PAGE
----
I really, really wanted this to be a one-day project, so I had to come up with a solution. I figured out that I could turn the doors inside out and put them on opposite sides so that I would have a smooth surface to work with. This leaves my doors looking like this inside of them, which means I will probably need to put decorative contact paper or some kind of fabric or even a laminate inside the doors before I'm completed finished with the project.

After I had removed the laminate, I sanded all of the surfaces. The paint I purchased to use for this project is chalk paint, which was a little expensive, but enabled me to paint directly on the finished surfaces without a lot of prep. The drawer I removed the laminate from still had streaks of laminate on them, but I decided they might add interest to the finished piece
After everything was sanded, it was time to start painting. The process I had decided to do called for two layers of paint. The first layer needs to be the color you hope will show through when you do the weathering. The second layer needs to be the primary color you want the piece to have.

My first coat was in a color called "Nana's Fudge." It is made by Little Billy Goat. It is important that you use some kind of chalk paint for a project like this, and I found Little Billy Goat paint to live up to its promise to paint on without much prep and also to cover up blemishes just due to its texture.

After a coat of "Nana's Fudge"
I noticed after the first coat that the area that had been exposed to weather on the side looked like it was darker. I decided this might also fit into the look I was going for. I only painted one coat of Nana's Fudge.

After that coat had dried, I added just a small amount of vaseline in areas I didn't want the next coat to stick to. This was mostly in light, streaking motions across the drawers, up the sides, and across the top. The idea behind this is that it would make the next layer easier to remove from those places.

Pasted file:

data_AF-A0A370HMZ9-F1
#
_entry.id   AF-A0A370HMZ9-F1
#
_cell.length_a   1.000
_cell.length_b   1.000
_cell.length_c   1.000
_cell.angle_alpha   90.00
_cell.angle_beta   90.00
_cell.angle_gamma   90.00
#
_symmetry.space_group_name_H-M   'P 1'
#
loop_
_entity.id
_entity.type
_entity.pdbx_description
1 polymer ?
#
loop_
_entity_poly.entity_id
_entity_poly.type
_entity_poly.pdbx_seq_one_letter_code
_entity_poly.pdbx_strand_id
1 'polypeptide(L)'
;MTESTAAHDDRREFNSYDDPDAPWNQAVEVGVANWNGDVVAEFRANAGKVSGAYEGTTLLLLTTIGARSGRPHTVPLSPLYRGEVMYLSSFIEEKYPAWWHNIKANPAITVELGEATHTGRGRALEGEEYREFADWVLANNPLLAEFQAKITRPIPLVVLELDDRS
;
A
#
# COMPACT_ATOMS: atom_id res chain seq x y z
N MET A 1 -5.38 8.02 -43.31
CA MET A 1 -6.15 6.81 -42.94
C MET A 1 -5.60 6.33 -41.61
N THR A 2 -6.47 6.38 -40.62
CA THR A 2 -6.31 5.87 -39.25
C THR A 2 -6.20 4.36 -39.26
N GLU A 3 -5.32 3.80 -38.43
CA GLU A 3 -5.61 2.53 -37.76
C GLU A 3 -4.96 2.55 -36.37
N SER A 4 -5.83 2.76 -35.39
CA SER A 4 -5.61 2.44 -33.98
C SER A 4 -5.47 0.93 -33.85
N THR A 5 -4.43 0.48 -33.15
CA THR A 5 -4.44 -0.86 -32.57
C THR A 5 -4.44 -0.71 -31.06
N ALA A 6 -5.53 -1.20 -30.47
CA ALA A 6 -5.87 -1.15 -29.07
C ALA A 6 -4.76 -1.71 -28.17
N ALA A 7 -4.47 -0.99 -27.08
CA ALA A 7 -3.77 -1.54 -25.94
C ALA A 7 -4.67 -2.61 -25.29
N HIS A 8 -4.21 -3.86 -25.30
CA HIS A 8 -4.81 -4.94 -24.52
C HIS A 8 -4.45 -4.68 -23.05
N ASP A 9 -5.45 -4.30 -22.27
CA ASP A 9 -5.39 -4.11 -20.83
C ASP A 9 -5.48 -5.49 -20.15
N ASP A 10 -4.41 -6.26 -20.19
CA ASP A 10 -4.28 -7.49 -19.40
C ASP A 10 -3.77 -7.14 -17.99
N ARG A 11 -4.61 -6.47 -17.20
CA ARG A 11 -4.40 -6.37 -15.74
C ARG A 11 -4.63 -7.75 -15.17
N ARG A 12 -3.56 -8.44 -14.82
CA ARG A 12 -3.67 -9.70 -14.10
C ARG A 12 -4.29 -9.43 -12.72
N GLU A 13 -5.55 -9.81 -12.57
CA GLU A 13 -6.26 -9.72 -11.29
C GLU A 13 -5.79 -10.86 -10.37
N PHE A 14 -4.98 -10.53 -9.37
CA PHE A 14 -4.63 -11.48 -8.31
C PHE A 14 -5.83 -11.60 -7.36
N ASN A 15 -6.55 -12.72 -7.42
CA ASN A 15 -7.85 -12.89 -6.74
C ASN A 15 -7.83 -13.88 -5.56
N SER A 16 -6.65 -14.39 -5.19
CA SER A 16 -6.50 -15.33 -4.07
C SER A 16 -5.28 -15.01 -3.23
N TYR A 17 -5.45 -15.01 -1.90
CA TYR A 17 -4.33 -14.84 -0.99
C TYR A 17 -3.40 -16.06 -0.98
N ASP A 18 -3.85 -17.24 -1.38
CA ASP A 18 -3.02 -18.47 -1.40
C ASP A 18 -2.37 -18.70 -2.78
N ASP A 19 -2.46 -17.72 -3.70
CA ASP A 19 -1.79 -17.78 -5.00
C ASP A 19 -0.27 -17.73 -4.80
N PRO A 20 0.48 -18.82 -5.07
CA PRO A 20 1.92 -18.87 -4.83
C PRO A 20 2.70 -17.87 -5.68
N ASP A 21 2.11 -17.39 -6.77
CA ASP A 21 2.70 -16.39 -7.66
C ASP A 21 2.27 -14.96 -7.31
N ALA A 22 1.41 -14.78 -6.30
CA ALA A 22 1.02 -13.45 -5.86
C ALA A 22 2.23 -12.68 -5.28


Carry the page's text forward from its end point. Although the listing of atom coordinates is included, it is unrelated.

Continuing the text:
Then it was time to do the second coat. This time, I used a color called Tablecloth, also by Little Billy Goat. At first, I was a little distressed that my brush seemed to have one stiff bristle which kept painting lines in this coat. However, after I did this for awhile, and made sure that the strokes went the length of the piece, I realized this was adding another, cool dimension to the paint.
"Weathering" on the top of the piece

"Weathering" on one of the drawers

After that coat had dried, I first took a scraper to the areas that I had put the vaseline, followed by a heavy sanding. The result was even better than I had planned. The fudge color showed through in a manner that looked very natural. I put a little more strength into the sanding along the edges and around the inlay on the top piece of the sideboard.

Lastly, I put reassembled the doors/hinges and added new knobs to the piece. I have to admit, I am not in love with the knobs I chose, but those are something I can easily change. 

Overall, I am very happy with the results. I had a piece that was dark, worn, and overbearing and now I have a piece that is light and comfortable in my bright front room. My family's doubting looks have turned to exclamations of "Wow, that actually looks good!" We will live with the piece for a few days before I apply the matte sealer (also from Little Billy Goat) to finish the project.

What do you think?
The finished piece